Dragonchain founder and related entities face accusations from the US Securities and Exchange Commission that they violated federal anti-fraud regulations for their role in raising $16.5 million in securities offerings of unregistered crypto assets, the regulator announced.
In a lawsuit filed in the Western District of Washington, the SEC accuses the defendants of violating Sections 5(a) and (c) of the Securities Act of 1933. The SEC claims that Dragonchain and its founder, John Joseph Roets, illegally raised more than $16 million in ‘proceeds through unregistered offerings and sales of securities to approximately 5,000 investors in the United States and abroad,’ and are responsible for various aspects of the alleged scheme, which occurred in 2017.
“Dragonchain used this revenue to try to develop a type of blockchain technology,” the complaint said.
Dragonchain traded illegal content to solicit funds
The SEC also claims that Dragonchain’s marketing services generated illegal content and stated that its token would increase adoption as the technology grew and its staff and agents publicly discussed DRGN’s investment value, pricing and “listing” on trading platforms, among other things.
“Between 2019 and 2022, Roets, Dragonchain, the Foundation, and TDC allegedly offered and sold approximately $2.5 million worth of DRGN to cover business expenses to further develop and commercialize Dragonchain technology, some of which occurred after of a state regulator discovering that the DRGNs were securities. the SEC said in a statement.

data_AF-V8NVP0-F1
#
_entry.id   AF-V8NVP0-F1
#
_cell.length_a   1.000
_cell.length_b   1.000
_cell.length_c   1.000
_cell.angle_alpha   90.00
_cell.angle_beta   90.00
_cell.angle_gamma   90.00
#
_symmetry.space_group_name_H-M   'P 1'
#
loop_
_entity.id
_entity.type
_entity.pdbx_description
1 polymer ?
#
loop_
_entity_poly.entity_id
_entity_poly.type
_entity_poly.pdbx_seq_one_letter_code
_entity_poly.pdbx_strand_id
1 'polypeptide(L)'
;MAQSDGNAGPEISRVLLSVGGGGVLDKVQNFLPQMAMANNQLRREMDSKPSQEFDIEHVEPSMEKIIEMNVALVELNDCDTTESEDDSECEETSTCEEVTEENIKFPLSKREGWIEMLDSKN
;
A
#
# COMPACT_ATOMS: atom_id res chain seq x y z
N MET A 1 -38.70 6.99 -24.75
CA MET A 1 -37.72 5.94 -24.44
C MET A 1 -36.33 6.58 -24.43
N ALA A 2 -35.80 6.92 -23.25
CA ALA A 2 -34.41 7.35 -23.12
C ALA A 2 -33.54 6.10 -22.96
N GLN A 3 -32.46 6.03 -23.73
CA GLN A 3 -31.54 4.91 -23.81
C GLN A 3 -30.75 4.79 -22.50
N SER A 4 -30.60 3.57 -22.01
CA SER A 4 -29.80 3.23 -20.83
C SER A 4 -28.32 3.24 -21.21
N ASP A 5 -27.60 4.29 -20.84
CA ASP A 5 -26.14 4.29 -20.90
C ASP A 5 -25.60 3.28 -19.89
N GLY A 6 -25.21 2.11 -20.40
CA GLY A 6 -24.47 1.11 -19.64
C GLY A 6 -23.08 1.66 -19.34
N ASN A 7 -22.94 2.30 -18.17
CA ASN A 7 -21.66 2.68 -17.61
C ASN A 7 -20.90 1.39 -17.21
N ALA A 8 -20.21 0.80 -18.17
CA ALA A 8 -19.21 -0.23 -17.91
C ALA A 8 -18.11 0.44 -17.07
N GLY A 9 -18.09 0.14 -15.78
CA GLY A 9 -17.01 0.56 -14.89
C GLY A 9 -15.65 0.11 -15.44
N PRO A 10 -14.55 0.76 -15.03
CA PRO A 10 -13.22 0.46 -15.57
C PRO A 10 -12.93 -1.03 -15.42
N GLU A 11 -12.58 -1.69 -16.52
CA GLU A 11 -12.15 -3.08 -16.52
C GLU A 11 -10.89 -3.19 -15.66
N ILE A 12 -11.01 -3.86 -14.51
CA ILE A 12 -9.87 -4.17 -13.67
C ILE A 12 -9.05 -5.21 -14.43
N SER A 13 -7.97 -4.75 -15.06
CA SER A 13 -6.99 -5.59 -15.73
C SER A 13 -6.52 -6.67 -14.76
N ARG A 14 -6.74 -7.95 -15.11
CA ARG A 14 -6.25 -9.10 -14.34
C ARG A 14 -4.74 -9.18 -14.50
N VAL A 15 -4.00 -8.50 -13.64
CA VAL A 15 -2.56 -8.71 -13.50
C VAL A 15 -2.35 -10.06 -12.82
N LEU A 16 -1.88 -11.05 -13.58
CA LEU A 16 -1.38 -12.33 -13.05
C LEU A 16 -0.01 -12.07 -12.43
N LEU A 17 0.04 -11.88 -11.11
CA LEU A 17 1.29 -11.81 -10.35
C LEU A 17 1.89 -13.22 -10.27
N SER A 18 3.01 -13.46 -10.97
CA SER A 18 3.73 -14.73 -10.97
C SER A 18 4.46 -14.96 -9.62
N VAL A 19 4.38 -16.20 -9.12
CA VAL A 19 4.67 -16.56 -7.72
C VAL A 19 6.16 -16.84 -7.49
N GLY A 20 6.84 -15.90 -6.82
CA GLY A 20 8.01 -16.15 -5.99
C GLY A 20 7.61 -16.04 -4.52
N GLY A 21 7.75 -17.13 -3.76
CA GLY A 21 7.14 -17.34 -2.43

SEC wants to block Dragochain trading
The SEC is also seeking a permanent injunction and return of ill-gotten gains resulting from the alleged scheme by Dragonchain Inc., the Dragonchain Foundation, and the Dragon Company.
“The SEC is seeking permanent injunctions, restitution with pretrial interest, civil penalties, and conduct-based injunctions against each defendant.” He indicated the complaint.
The SEC has sued other companies for unregistered securities
The SEC has been cracking down on crypto companies between 2011 and 2015, more companies were caught for filing incomplete suspicious activity reports that prevented authorities from investigating potential misconduct.
In the past, the SEC has sued companies in various US courts and recently launched an investigation into cryptocurrency exchange giant Coinbase.
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